OVERVIEW: What every practitioner needs to know
Are you sure your patient has optic nerve hypoplasia? What are the typical findings for this disease?
Findings that suggest optic nerve hypoplasia are:
1) Poor fixation one or both eyes
4) Sluggish pupil response.
Each of these findings may be due to other causes, but optic nerve hypoplasia must be ruled out.
What other disease/condition shares some of these symptoms?
1. Congenital Motor Nystagmus
2. Retinal Dystrophies with poor vision
3. Other congenital optic nerve anomalies: coloboma, “morning glory” anomaly, optic nerve atrophy, optic disc swelling
What caused this disease to develop at this time?
Developmental anomaly of optic nerve in utero. Decrease number of axons and supporting structures in optic nerve head due to insult or developmental defect in 1st or 2nd trimester.
Related conditions include prenatal exposure to alcohol, maternal diabetes, young primiparae.
What laboratory studies should you request to help confirm the diagnosis? How should you interpret the results?
Endocrine evaluation for hypopituitarism if structural anomalies on magnetic resonance imaging (MRI). Anomalies of growth hormone (64%), hyperprolactinemia (48%), hypothyroidism (35%), Adrenal insufficiency (17%), Diabetes Insipidus (4%) with pituitary abnormalities.
Would imaging studies be helpful? If so, which ones?
MRI to rule out pituitary anomaly, absent septum pellucidum, absent corpus callosum, encephalomalacia, leukomalacia, schizencephaly in up to 60% of patients.
Confirming the diagnosis
Diagnosis by ophthalmic exam of optic nerve with direct or indirect ophthalmoscopy.
Optic nerve hypoplasia is considered in a small optic nerve head with the distance between the center of the disc and fovea is greater than 3 disc diameters. Associated findings include a double ring sign (small optic nerve with peripapillary pigmented or non-pigmented ring), vessel tortuosity and a blunt foveal reflex.
If you are able to confirm that the patient has optic nerve hypoplasia, what treatment should be initiated?
Ophthalmologic evaluation. Visual prognosis is guarded but patients have varying degrees of visual function.
Low vision evaluation if deemed needed by ophthalmologist.
Treatment of endocrine abnormalities based on MRI findings.
Neurologic evaluation based on MRI findings.
What are the adverse effects associated with each treatment option?
What are the possible outcomes of optic nerve hypoplasia?
Visual prognosis guarded but children have varying degrees of visual impairment. Low vision assistance offers a good functional prognosis assuming no neuro-developmental issues. The visual prognosis is stable condition lifelong.
What causes this disease and how frequent is it?
Optic nerve hypoplasia varies in severity and is not uncommon. Boys are affected more commonly than girls. It is unilateral 20% of the time. Central nervous system anomalies are present in up to 60% of cases. These CNS anomalies are present in unilateral or bilateral cases. Endocrine abnormalities have been reported in 6% to 70% of patients.
The three genes, HESX1, OTX2, and SOX2, all play important roles in embryonic development. These may play a role in optic nerve hypoplasia.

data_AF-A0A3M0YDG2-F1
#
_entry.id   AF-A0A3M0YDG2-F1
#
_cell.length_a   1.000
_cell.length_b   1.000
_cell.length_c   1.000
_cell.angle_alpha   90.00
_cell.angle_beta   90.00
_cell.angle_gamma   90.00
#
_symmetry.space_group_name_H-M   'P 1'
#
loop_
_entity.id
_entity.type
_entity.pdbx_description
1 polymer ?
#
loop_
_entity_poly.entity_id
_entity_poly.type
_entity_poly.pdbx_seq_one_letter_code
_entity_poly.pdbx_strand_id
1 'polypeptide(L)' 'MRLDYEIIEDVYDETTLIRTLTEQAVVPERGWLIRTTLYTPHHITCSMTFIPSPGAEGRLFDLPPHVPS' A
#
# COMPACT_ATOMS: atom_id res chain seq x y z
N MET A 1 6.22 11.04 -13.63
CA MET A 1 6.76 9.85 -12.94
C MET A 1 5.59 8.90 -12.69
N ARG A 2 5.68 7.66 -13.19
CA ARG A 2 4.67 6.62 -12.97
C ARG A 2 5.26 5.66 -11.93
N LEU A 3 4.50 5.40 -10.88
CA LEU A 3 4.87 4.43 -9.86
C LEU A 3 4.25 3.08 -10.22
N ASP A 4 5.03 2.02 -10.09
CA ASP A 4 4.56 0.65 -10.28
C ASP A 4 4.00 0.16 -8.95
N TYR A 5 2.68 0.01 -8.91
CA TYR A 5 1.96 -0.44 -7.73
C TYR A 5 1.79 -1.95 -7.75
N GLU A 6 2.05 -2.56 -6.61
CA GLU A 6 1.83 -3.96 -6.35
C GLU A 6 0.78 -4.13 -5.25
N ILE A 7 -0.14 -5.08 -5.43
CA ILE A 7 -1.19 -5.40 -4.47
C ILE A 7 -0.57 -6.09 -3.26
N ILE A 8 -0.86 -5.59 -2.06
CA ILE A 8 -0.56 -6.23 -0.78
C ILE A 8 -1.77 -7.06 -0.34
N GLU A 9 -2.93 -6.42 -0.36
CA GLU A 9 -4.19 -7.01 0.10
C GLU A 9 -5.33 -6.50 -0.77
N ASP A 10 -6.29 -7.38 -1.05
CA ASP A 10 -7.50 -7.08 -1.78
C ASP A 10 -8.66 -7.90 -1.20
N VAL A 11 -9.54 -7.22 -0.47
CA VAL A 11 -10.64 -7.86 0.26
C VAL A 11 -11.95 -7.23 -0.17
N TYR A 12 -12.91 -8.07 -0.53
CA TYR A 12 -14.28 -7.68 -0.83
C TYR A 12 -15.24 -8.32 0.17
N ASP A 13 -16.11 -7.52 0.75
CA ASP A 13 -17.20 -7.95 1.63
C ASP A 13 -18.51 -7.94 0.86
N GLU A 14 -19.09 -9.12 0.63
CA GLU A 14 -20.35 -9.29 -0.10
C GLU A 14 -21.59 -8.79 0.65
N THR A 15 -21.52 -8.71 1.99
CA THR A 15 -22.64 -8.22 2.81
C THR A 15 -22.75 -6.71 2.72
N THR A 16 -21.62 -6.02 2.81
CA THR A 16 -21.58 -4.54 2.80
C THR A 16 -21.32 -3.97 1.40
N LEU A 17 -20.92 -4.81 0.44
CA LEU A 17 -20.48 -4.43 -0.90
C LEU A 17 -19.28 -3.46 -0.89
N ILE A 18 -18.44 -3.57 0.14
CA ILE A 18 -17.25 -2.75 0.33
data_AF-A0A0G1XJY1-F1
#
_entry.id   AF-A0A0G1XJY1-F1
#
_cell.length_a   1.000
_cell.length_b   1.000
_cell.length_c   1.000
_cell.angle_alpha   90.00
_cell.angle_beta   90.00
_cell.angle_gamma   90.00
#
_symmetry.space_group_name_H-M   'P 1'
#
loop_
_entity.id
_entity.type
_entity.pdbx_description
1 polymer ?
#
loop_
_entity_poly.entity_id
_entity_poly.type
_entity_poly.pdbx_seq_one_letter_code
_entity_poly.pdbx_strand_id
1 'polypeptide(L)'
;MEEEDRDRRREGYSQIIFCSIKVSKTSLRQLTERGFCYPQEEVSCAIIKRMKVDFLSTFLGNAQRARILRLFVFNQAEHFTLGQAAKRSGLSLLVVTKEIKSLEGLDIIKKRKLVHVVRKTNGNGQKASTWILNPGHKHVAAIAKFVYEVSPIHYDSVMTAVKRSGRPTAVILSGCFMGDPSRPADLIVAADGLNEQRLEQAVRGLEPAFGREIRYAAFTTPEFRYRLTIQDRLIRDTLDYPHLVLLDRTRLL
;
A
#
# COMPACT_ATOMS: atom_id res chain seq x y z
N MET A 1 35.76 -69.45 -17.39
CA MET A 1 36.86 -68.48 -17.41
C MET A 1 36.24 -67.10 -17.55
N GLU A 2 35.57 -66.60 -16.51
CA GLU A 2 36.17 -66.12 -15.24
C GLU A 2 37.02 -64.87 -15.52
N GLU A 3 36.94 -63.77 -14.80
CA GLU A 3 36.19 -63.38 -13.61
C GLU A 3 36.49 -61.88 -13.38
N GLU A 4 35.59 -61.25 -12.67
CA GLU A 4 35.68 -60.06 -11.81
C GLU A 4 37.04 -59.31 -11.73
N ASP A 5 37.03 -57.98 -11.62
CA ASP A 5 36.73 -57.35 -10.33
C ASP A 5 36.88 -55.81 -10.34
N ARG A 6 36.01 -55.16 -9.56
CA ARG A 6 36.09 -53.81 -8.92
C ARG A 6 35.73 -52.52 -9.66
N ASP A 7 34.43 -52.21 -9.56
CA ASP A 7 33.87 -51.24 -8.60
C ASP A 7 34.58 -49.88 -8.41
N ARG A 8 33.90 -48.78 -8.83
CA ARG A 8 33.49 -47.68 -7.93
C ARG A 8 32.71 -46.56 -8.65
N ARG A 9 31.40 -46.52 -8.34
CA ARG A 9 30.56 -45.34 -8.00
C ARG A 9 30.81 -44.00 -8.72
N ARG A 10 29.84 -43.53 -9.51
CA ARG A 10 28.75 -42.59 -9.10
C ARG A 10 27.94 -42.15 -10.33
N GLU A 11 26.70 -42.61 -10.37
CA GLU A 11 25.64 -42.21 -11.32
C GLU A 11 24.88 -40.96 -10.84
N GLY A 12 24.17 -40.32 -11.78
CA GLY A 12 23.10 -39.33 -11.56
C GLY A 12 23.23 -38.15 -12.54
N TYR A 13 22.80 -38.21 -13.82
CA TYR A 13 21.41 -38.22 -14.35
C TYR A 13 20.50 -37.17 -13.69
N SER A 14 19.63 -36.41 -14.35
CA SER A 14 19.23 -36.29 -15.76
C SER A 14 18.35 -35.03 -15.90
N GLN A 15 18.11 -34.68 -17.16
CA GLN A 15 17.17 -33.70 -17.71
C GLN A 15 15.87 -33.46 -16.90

How do these pathogens/genes/exposures cause the disease?
Other clinical manifestations that might help with diagnosis and management
What complications might you expect from the disease or treatment of the disease?
Are additional laboratory studies available; even some that are not widely available?
How can optic nerve hypoplasia be prevented?
Avoidance of excessive alcohol use during pregnancy.
What is the evidence?
Ahmad, T, Garcia-Filion, P, Borchet, M. “Endocrinological and auxological abnormalities in young children with optic nerve hypoplasia: A prospective study”. J Pediatr. vol. 148. 2006. pp. 78-84.
Garcia, ML, Ty, EB, Taban, M. “Systemic and ocula findings in 100 patients with optic nerve hypoplasia”. J Child Neurol. vol. 21. 2006. pp. 949-956.
Hellstrom, A, Wiklund, LM, Svensson, E. “The clinical and morphologic spectrum of optic nerve hypoplasia”. JAAPOS. vol. 29. 1999. pp. 212-220.
Walton, DS, Robb, RM. “Optic nerve hypoplasia: A report of 20 cases”. Arch Ophthalmol. vol. 84. 1970. pp. 572
Garcia-Filion, P, Eppport, K, Nelson, M. “Neuroradiographic, endocrinologic and ophthalmic correlates of adverse developmental outcomes in children with optic nerve hypoplasia: a prospective study”. Pediatrics. vol. 121. 2008. pp. e653-659.
Ongoing controversies regarding etiology, diagnosis, treatment
Controversy regarding endocrine evaluation for all patients with optic nerve hypoplasia or only those with CNS abnormalities on MRI.
All patients with optic nerve hypoplasia should get a baseline MRI irrespective of laterality.
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- OVERVIEW: What every practitioner needs to know
- Are you sure your patient has optic nerve hypoplasia? What are the typical findings for this disease?
- What other disease/condition shares some of these symptoms?
- What caused this disease to develop at this time?
- Would imaging studies be helpful? If so, which ones?
- Confirming the diagnosis
- If you are able to confirm that the patient has optic nerve hypoplasia, what treatment should be initiated?
- What are the adverse effects associated with each treatment option?
- What are the possible outcomes of optic nerve hypoplasia?
- What causes this disease and how frequent is it?
- How do these pathogens/genes/exposures cause the disease?
- Other clinical manifestations that might help with diagnosis and management
- What complications might you expect from the disease or treatment of the disease?
- Are additional laboratory studies available; even some that are not widely available?
- How can optic nerve hypoplasia be prevented?
- What is the evidence?
- Ongoing controversies regarding etiology, diagnosis, treatment